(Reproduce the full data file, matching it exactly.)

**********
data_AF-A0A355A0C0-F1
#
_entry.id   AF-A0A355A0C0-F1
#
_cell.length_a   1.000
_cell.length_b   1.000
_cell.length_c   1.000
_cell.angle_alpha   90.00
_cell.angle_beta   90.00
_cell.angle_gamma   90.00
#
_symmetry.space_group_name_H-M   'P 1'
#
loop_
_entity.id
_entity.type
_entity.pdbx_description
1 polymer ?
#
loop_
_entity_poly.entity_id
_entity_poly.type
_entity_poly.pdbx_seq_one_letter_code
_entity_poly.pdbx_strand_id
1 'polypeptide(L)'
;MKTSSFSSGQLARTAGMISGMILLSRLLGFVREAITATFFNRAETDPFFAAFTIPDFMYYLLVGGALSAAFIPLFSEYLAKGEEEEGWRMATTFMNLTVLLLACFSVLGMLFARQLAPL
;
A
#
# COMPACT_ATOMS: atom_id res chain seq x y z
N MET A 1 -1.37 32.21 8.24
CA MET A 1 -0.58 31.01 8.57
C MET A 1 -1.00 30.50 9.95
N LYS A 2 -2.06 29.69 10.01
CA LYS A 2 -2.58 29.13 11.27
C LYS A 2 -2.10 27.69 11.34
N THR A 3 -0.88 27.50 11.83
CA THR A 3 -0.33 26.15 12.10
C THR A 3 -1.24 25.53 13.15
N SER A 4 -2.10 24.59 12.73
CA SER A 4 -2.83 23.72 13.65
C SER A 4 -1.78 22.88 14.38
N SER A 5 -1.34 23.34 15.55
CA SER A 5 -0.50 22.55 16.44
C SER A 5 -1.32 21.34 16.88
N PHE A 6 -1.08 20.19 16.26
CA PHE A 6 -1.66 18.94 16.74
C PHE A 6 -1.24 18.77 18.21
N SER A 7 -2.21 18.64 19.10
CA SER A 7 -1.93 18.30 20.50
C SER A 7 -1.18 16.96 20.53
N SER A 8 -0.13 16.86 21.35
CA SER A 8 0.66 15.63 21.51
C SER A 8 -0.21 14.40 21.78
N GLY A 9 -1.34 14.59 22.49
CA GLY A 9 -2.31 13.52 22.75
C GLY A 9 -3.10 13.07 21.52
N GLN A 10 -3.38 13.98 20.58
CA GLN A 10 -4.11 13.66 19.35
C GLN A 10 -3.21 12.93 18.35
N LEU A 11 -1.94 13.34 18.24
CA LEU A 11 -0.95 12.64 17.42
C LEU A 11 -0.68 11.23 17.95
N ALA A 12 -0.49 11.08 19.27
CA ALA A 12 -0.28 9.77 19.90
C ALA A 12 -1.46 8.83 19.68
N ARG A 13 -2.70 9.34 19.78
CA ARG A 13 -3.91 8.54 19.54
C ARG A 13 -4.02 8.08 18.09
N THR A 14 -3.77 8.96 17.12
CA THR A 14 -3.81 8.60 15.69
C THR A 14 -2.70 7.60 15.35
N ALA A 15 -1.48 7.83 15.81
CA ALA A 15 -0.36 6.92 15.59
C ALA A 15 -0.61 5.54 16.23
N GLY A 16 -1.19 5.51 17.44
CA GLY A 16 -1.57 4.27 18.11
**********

data_AF-A0A355A0C0-F1
#
_entry.id   AF-A0A355A0C0-F1
#
_cell.length_a   1.000
_cell.length_b   1.000
_cell.length_c   1.000
_cell.angle_alpha   90.00
_cell.angle_beta   90.00
_cell.angle_gamma   90.00
#
_symmetry.space_group_name_H-M   'P 1'
#
loop_
_entity.id
_entity.type
_entity.pdbx_description
1 polymer ?
#
loop_
_entity_poly.entity_id
_entity_poly.type
_entity_poly.pdbx_seq_one_letter_code
_entity_poly.pdbx_strand_id
1 'polypeptide(L)'
;MKTSSFSSGQLARTAGMISGMILLSRLLGFVREAITATFFNRAETDPFFAAFTIPDFMYYLLVGGALSAAFIPLFSEYLAKGEEEEGWRMATTFMNLTVLLLACFSVLGMLFARQLAPL
;
A
#
# COMPACT_ATOMS: atom_id res chain seq x y z
N MET A 1 -1.37 32.21 8.24
CA MET A 1 -0.58 31.01 8.57
C MET A 1 -1.00 30.50 9.95
N LYS A 2 -2.06 29.69 10.01
CA LYS A 2 -2.58 29.13 11.27
C LYS A 2 -2.10 27.69 11.34
N THR A 3 -0.88 27.50 11.83
CA THR A 3 -0.33 26.15 12.10
C THR A 3 -1.24 25.53 13.15
N SER A 4 -2.10 24.59 12.73
CA SER A 4 -2.83 23.72 13.65
C SER A 4 -1.78 22.88 14.38
N SER A 5 -1.34 23.34 15.55
CA SER A 5 -0.50 22.55 16.44
C SER A 5 -1.32 21.34 16.88
N PHE A 6 -1.08 20.19 16.26
CA PHE A 6 -1.66 18.94 16.74
C PHE A 6 -1.24 18.77 18.21
N SER A 7 -2.21 18.64 19.10
CA SER A 7 -1.93 18.30 20.50
C SER A 7 -1.18 16.96 20.53
N SER A 8 -0.13 16.86 21.35
CA SER A 8 0.66 15.63 21.51
C SER A 8 -0.21 14.40 21.78
N GLY A 9 -1.34 14.59 22.49
CA GLY A 9 -2.31 13.52 22.75
C GLY A 9 -3.10 13.07 21.52
N GLN A 10 -3.38 13.98 20.58
CA GLN A 10 -4.11 13.66 19.35
C GLN A 10 -3.21 12.93 18.35
N LEU A 11 -1.94 13.34 18.24
CA LEU A 11 -0.95 12.64 17.42
C LEU A 11 -0.68 11.23 17.95
N ALA A 12 -0.49 11.08 19.27
CA ALA A 12 -0.28 9.77 19.90
C ALA A 12 -1.46 8.83 19.68
N ARG A 13 -2.70 9.34 19.78
CA ARG A 13 -3.91 8.54 19.54
C ARG A 13 -4.02 8.08 18.09
N THR A 14 -3.77 8.96 17.12
CA THR A 14 -3.81 8.60 15.69
C THR A 14 -2.70 7.60 15.35
N ALA A 15 -1.48 7.83 15.81
CA ALA A 15 -0.36 6.92 15.59
C ALA A 15 -0.61 5.54 16.23
N GLY A 16 -1.19 5.51 17.44
CA GLY A 16 -1.57 4.27 18.11